First of all, congratulations on finishing your PhD in four years! That’s truly impressive. This last fall, you went on the job market for the first time, and, as something many of us are looking forward to and also dreading, thanks for letting us pick your brain!
1. Given the state of higher education and the cuts to permanent positions happening throughout the academy, how did you feel about the number of tenure track/full time jobs that were available in your area? Were there as many as you expected? Fewer? Were you forced to stretch your area to cover certain job calls?
This guest post is by Christopher Cooney, a junior at URI. He began his career as a jazz percussion major but is now pursuing an English degree. He enjoys reading, lifting, and playing and listening to music of all kinds.
Professor Christy Clark-Pujara’s lecture on slavery in Rhode Island was both informative and eye-opening. I was not aware that the economy of Rhode Island was so reliant on the business of slavery, or for so long. Discussions of slavery often put great emphasis on the southern slave states, while the north is seen as a place where slavery was not quite as prominent. As I learned, this could not be further from the truth. In fact, Rhode Island was one of the first colonies to become involved in the slave trade, and its economy quickly became reliant upon it. Interestingly, one of the main functions of northern slavery was to sustain southern slaves, manufacturing and exporting clothing and rum. Having lived here all my life, placing all of this within the context of Rhode Island made it all the more unsettling. The vast majority of slave ships in Rhode Island left from either Newport or Providence, two places I frequent often. Another unsettling fact is this: during the peak of the slave trade, 25% of the Newport population was enslaved.
As enlightening as all this information was, Clark-Pujara made it clear that what she wanted to get across is how the business of slavery shaped the experience of slavery. To me, this is far more captivating. Facts are facts, but there’s little point in discussing them for their own sake. Facts are like compact representations. The real question is: what do they mean? What’s more important are the slaves themselves, their experience, and how these realities affected their lives. That is, in one massive way: the reliance of Rhode Island economy on slave labor effectively stalled emancipation. The well-being of slaves was held second to the well-being of the economy, as it would have been destroyed had slave labor been removed all at once. Despite this, slaves found ways to resist, rebel and stand up against the oppression.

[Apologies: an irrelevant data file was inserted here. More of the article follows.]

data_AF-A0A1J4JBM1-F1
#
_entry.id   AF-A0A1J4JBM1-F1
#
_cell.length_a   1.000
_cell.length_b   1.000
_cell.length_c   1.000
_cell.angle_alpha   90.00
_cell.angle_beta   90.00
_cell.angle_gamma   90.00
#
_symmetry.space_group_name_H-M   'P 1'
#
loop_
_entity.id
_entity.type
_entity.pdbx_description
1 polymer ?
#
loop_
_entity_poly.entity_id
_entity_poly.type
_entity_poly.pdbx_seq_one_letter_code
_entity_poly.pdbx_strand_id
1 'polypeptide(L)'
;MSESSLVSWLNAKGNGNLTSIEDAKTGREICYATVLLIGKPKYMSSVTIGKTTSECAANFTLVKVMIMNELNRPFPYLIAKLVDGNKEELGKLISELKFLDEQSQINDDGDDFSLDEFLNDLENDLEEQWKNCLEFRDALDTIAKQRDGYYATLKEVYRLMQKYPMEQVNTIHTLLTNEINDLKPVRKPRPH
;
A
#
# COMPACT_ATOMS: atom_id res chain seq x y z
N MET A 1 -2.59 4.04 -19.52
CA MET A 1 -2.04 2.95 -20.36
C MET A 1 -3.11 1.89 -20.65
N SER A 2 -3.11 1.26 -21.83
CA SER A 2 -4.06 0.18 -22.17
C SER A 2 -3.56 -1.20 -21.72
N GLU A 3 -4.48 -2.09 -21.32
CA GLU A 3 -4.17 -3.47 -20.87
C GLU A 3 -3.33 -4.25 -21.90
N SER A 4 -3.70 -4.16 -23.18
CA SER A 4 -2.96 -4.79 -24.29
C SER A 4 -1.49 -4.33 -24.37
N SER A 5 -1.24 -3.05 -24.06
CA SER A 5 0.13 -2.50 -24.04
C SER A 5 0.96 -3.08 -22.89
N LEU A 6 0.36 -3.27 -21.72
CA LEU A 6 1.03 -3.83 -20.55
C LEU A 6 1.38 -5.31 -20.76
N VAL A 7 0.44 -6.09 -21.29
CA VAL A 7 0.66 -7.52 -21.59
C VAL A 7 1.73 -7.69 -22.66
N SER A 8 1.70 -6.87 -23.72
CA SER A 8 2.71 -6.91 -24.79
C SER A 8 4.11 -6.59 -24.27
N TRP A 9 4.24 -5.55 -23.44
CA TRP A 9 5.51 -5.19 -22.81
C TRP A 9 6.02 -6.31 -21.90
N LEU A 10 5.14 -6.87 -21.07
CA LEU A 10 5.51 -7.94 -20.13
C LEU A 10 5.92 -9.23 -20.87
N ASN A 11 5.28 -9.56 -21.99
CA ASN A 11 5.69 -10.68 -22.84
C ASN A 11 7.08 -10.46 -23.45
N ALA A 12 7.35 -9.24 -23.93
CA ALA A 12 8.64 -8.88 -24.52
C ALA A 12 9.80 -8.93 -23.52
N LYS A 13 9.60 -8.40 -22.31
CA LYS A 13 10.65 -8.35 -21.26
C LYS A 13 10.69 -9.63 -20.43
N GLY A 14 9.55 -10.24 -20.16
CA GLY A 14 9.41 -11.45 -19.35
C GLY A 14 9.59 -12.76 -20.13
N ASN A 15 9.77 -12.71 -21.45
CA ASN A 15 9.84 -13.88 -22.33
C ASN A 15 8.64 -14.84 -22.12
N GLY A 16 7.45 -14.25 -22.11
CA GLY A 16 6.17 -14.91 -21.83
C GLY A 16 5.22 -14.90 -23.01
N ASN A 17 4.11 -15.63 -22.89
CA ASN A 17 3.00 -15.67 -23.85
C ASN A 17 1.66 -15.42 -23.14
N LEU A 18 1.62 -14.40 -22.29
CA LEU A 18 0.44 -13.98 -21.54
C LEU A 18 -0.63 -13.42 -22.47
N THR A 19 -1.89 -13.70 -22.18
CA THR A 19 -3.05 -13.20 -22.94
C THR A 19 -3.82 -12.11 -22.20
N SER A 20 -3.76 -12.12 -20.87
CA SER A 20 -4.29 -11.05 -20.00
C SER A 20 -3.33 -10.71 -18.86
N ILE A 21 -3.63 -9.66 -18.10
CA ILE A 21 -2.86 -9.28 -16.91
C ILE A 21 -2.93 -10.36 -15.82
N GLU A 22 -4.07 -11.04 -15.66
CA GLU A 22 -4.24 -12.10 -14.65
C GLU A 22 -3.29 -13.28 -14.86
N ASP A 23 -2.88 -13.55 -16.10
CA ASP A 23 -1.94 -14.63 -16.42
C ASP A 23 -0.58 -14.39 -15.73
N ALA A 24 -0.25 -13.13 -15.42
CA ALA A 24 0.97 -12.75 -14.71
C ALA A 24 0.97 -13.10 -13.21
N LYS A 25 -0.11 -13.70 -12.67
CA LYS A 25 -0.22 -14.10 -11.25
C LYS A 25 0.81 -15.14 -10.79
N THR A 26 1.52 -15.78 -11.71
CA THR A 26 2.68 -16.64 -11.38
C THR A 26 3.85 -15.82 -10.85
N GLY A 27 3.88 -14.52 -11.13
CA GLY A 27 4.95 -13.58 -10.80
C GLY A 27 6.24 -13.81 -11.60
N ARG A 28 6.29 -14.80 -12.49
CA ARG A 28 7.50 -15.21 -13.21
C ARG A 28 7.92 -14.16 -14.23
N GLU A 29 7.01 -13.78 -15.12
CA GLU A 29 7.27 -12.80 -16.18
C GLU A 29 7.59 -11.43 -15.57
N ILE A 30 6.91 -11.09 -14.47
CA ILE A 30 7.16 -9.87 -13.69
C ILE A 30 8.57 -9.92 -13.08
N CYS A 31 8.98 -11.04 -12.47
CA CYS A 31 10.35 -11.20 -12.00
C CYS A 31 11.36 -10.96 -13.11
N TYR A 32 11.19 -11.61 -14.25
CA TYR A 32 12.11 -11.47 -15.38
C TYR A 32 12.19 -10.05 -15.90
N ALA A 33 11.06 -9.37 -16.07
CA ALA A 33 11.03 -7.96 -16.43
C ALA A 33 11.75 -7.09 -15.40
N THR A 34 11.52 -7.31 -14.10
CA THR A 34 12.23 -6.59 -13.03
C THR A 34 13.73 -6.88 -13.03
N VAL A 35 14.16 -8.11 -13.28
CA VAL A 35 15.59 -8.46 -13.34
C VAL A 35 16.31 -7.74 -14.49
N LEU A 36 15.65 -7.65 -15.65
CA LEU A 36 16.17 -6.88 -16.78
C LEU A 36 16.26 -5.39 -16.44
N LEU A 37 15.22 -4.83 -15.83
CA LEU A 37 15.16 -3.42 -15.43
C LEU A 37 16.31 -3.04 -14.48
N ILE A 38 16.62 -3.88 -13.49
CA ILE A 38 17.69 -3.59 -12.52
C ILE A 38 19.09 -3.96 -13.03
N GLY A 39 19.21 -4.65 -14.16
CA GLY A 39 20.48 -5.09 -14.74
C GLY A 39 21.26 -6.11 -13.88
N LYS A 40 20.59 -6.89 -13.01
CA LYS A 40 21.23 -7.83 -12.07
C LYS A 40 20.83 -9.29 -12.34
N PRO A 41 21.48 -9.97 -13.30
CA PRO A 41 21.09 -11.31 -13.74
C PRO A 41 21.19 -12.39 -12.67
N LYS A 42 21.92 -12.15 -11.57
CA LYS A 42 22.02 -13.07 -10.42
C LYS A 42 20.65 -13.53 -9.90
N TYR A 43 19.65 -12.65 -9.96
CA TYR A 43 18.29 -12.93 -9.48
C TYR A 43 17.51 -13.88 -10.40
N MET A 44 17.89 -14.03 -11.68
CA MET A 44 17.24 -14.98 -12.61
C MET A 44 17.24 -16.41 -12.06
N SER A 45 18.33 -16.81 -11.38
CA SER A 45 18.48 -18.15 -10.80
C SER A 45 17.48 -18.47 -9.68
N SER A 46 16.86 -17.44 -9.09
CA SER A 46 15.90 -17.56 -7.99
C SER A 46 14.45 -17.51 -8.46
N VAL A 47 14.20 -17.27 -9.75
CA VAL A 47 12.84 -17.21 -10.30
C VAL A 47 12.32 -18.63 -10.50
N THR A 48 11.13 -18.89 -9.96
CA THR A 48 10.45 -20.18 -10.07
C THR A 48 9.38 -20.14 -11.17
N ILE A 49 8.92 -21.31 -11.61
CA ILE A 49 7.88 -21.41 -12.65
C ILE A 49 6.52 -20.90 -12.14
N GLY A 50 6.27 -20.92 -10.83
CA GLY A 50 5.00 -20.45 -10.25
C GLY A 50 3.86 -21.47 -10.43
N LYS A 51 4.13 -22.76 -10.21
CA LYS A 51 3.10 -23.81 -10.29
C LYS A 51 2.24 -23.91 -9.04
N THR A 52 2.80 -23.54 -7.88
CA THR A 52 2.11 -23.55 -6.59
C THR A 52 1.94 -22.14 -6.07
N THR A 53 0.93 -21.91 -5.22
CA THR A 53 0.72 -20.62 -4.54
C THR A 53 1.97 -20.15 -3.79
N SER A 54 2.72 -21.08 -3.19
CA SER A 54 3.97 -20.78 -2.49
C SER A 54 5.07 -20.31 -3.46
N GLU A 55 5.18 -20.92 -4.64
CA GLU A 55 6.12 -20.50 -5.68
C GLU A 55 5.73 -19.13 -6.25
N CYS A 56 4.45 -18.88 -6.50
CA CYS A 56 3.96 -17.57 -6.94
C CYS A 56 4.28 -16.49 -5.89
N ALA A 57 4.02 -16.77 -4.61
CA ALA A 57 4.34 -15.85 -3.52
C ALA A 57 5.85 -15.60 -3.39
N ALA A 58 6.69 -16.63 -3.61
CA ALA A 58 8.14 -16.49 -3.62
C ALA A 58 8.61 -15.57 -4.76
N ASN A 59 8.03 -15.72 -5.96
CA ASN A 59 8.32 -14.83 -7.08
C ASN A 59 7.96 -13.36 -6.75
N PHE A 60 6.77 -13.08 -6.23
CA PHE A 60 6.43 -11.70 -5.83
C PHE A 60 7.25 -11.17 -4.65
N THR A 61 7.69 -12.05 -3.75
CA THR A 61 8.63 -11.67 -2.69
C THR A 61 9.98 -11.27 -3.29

What Clark-Pujara seemed to stress most of all was the slaves’ resilience. They did not simply lie down and accept their fate. They instead invested in themselves by establishing mutual aid societies for the welfare of their communities, and “attached these institutions to national institutions in pursuit of equality,” Clark-Pujara explained. She also emphasized the fact that slavery was essentially broken down by the slaves themselves through their actions, not simply as a result of the Gradual Emancipation Laws, illustrating their fortitude in the face of oppression. She expressed this in an extremely concise and effective way, saying that the gradual emancipation laws “reflected” the actions of the slaves rather than “catalyzed” their eventual freedom. The Gradual Emancipation Laws alone did not necessarily free the slaves; they were already in the process of freeing themselves.
This lecture was not just a stream of facts and information, it was a look at the history of people who took their lives into their own hands, and who refused to submit to the oppression thrust upon them. Clark-Pujara emphasized the importance of this particular history, and of historical knowledge in general. The slaves in Rhode Island (or anywhere else, for that matter) were not merely passive participants in their oppression; they took control and fought for freedom until it was theirs. Clark-Pujara talked about how important it is that this information persists through the years. It reminds us of how important it is to maintain autonomy, to stay conscious, and to remain vigilant in the face of injustice.
To me, this talk highlighted the importance of investigating common misconceptions within our sphere of “general knowledge.” It speaks to me even more as I become increasingly aware of the grand narratives that inhabit our lives. Today, there is an abundance of information on every subject you could possibly imagine. And often, misconceptions cut through, for example, in this case, the misconception that slavery was not prominent in the north, or that all slaves were granted freedom through the Emancipation Proclamation and 13th amendment. Thus, it is imperative that one thinks critically about the information that is being handed to them. Maybe the information that is easiest to come by isn’t the most accurate or thought through. Sometimes you need to go out of your way to find the truth. That’s precisely what happened to me in attending this lecture, as I learned things I may never have learned otherwise. And again, it’s not about the facts or the numbers, necessarily, however interesting they may be. It’s about the reality behind them. It’s about staying conscious; of history, and what it can teach us about the world we live in today.